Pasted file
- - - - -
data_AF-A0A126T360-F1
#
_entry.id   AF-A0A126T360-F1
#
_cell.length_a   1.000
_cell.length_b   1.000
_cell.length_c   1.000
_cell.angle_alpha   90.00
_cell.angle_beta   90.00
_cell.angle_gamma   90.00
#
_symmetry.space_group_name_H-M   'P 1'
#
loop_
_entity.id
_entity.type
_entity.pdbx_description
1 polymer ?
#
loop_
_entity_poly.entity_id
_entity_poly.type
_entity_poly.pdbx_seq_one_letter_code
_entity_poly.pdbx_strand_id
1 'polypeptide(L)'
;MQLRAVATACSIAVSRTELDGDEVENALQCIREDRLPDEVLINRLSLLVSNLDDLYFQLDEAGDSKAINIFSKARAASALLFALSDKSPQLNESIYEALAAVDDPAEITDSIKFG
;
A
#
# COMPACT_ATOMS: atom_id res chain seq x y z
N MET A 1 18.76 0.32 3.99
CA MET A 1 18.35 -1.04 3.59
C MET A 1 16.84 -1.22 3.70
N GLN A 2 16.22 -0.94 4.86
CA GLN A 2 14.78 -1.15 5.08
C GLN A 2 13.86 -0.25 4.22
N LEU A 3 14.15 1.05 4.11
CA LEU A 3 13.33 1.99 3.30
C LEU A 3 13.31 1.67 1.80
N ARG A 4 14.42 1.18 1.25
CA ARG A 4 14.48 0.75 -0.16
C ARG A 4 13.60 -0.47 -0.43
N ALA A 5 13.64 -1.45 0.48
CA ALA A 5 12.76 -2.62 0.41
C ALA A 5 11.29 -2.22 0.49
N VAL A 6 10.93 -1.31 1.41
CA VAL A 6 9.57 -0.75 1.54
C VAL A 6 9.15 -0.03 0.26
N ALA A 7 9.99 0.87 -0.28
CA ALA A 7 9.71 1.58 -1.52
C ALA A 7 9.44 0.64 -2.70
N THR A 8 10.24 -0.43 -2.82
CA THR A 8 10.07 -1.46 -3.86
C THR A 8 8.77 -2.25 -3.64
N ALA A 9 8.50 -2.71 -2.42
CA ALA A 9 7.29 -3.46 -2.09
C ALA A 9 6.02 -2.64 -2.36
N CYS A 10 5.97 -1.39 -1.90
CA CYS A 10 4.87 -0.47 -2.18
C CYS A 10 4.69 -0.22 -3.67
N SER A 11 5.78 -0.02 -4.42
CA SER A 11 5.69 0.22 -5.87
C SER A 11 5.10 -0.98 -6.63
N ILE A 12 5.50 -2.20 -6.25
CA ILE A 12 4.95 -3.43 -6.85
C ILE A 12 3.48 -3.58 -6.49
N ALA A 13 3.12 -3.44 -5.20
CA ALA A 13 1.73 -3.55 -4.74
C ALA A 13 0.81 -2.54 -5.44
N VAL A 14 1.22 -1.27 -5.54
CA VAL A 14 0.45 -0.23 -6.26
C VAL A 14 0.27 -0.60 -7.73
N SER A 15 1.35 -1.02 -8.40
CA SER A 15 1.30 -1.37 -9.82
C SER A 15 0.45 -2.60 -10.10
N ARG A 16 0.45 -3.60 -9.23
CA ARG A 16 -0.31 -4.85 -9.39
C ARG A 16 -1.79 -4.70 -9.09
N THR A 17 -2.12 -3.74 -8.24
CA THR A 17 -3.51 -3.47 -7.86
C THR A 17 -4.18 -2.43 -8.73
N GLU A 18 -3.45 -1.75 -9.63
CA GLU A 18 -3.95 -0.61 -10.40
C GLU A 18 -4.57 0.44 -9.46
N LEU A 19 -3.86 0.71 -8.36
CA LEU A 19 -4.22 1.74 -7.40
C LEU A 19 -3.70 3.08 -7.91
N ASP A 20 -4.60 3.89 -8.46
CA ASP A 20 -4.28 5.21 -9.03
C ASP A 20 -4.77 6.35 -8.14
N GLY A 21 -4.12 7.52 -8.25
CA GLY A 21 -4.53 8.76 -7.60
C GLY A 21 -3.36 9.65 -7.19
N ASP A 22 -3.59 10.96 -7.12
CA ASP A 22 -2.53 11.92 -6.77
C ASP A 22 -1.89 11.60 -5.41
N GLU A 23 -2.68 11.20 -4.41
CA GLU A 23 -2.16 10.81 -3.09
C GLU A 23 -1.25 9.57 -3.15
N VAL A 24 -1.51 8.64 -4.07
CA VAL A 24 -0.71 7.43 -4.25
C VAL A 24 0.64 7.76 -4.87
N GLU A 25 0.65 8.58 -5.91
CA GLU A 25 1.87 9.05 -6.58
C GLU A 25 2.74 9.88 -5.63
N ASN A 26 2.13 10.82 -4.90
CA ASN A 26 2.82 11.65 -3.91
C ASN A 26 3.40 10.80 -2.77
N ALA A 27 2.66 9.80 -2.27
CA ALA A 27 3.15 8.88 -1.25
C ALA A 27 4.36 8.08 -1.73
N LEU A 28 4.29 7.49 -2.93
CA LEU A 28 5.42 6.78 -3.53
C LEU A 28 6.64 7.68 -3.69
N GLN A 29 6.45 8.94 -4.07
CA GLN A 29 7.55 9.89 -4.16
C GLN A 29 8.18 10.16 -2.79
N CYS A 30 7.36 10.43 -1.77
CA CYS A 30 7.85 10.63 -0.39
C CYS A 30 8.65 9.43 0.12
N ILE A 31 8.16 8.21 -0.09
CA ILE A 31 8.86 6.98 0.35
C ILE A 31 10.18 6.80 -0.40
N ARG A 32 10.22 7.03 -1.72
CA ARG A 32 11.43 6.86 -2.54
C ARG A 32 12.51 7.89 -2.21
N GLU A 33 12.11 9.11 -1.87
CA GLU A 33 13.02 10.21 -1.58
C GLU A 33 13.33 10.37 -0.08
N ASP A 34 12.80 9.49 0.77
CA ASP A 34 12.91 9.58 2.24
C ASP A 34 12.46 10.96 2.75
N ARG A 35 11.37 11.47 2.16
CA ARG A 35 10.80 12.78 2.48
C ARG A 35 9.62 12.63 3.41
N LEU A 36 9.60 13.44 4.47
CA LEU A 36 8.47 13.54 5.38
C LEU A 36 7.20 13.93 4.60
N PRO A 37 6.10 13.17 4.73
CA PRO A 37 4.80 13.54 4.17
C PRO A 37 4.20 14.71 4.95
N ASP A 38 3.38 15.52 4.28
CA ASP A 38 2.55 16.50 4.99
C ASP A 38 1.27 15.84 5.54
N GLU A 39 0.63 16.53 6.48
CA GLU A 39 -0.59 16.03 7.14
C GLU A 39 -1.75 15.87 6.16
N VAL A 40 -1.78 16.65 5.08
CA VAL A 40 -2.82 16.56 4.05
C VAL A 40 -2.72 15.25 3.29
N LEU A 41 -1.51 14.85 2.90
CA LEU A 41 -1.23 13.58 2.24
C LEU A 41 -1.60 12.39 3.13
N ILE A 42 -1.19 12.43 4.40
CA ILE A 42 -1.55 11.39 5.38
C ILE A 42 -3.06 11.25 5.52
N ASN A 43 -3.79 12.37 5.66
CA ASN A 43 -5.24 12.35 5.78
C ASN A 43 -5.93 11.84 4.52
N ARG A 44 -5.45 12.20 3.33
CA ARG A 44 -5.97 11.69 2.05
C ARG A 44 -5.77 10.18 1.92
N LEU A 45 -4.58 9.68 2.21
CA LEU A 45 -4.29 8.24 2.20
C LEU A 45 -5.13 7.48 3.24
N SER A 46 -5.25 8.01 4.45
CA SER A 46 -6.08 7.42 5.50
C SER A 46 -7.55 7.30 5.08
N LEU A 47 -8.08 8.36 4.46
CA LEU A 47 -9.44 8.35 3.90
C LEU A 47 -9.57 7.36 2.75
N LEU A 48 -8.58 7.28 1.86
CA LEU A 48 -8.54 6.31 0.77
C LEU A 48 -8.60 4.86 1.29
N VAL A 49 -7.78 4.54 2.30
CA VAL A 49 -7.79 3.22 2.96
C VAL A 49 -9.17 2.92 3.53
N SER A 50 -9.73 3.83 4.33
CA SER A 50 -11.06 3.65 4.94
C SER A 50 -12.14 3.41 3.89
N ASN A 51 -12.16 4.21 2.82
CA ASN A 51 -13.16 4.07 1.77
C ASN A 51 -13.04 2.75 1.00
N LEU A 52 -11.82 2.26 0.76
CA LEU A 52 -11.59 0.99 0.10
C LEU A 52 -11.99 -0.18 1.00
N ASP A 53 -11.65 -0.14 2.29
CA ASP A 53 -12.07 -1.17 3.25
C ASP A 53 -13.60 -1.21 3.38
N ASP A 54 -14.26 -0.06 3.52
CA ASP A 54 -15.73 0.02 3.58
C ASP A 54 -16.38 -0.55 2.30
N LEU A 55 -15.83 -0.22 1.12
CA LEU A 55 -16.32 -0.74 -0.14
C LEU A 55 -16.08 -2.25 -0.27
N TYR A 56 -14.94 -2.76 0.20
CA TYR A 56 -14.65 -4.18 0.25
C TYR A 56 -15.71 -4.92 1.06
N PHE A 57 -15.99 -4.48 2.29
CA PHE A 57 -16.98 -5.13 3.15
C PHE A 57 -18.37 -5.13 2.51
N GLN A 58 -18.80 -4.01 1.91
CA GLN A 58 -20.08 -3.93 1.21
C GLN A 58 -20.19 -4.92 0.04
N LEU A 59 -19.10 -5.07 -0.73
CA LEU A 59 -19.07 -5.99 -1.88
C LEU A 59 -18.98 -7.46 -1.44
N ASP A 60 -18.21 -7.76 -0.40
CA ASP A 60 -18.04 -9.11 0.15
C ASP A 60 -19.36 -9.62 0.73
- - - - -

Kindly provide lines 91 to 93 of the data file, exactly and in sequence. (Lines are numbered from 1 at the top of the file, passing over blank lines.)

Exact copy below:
N GLY A 21 -4.12 7.52 -8.25
CA GLY A 21 -4.53 8.76 -7.60
C GLY A 21 -3.36 9.65 -7.19